The Lockyer Valley and Darling Downs are on the frontline for the first phase of a pilot program to improve weather forecasts for agricultural producers.
Minister for Agricultural Industry Development and Fisheries Mark Furner said more accurate weather forecasts and localised weather observations would help producers better manage the effects of the weather and climate change on their businesses.
“Access to better local weather data will support improved management decisions on crop production, labour and the supply chain,” Mr Furner said.
“Agribusiness is a weather-dependent business. Access to highly localised weather observations and forecasts will give agribusiness improved insights to the local weather.
“Agriculture is a vital part of Queensland’s plan for economic recovery, so we want to give our regional communities and our farmers the tools they need to succeed.”
Mr Furner said the Department of Agriculture and Fisheries (DAF) is working together with Telstra and the Bureau of Meteorology (BoM) to undertake phase 1 of the project.
“DAF is investing $280,000 in this project that will deliver commercial-grade weather stations on Telstra sites, linked with the high-quality BoM weather observation network and modelling capabilities,” he said.
“Telstra will install around 45 robust high-quality Internet of Things (IoT) enabled weather stations on Telstra sites and around 10 weather stations on farms and DAF research facilities in the Lockyer Valley, Esk, Gatton, Toowoomba, Cecil Plains, and Darling Downs areas.
“The data collection and trial phase is expected to run until late 2021 with data made freely available to growers and users during the trial period.”
Telstra’s Technology, Development and Solutions Executive Channa Seneviratne said the weather data project was a brilliant example of how leading-edge technology can be used to innovate in industries that are having to adapt to significant market and environmental pressures.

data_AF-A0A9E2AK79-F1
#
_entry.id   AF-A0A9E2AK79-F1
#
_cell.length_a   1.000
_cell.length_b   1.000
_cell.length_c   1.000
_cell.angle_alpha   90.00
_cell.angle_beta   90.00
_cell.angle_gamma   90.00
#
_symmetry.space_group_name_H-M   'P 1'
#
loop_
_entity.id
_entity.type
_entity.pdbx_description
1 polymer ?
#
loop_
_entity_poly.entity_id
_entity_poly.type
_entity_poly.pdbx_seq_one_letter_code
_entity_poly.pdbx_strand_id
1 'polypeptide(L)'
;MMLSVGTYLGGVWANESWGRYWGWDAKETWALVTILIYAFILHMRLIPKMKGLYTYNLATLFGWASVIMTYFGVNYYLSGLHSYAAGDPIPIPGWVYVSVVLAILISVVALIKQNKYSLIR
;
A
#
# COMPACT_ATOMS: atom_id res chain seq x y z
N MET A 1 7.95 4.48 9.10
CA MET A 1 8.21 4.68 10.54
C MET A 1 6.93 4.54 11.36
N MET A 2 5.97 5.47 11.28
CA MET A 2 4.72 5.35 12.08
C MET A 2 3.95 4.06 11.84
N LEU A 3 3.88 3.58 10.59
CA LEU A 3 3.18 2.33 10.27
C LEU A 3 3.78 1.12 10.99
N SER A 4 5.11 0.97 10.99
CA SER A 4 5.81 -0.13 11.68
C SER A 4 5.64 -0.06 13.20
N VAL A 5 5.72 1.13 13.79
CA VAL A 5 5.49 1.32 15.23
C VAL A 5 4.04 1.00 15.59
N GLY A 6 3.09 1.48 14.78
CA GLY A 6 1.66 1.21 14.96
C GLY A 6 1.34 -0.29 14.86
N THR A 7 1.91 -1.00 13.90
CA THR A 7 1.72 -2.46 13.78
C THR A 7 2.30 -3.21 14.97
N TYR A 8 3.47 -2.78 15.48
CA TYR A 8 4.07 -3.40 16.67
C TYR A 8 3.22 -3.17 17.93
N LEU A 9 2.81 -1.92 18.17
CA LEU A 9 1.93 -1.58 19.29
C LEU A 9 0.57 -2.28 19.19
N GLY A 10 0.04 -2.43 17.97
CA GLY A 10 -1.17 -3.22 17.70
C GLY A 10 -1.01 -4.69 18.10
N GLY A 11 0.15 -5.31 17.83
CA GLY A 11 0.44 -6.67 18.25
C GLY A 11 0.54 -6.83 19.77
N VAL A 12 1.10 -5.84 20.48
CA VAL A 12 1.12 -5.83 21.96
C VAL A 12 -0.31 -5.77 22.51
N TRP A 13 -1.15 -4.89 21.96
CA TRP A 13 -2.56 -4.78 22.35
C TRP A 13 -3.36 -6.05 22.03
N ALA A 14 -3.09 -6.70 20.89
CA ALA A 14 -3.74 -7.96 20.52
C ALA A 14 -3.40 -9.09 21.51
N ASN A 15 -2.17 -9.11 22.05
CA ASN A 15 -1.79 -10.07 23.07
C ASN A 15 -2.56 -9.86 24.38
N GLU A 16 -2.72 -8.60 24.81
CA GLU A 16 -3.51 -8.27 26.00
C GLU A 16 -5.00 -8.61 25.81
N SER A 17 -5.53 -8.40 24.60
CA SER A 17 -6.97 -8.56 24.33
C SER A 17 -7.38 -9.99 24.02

“For agriculture in Australia, thanks to the effects of climate change and severe weather, this technology will help protect the livelihoods of farmers, and the nation’s food security,” Mr Seneviratne said.
“Technology like this helps us rise to new challenges, and this programme will become a great test bed for agriculture, supply chain, logistics, utilities, mining, transport, and many other significant sectors in Australia.”
The Bureau of Meteorology’s General Manager Agriculture, Alister Hawksford, said the Bureau, Telstra and DAF have the opportunity to collaboratively deliver high impact services to the Queensland agricultural community.
“The Advanced Weather Network project aims to link the Bureau’s trusted network of weather observations with other observing networks so that we can help agribusinesses make the decisions that are critical to their success,” he said
Mr Furner said the project was a further demonstration of the Queensland Government’s support for the state’s agriculture industry, particularly during the COVID-19 pandemic.
“The Queensland Government moved quickly to declare agriculture an essential industry and, since then, has announced the $10 million job-creating Rural Economic Development Grants initiative, the $12.5 million Economic Recovery: Strengthening Queensland’s Agribusiness and Food Sector program and assisted growers to maintain a seasonal workforce while meeting their COVID-19 public health obligations,” he said.
“We stand shoulder to shoulder with agribusiness as we unite and recover from the economic disruption caused by the COVID-19 pandemic.”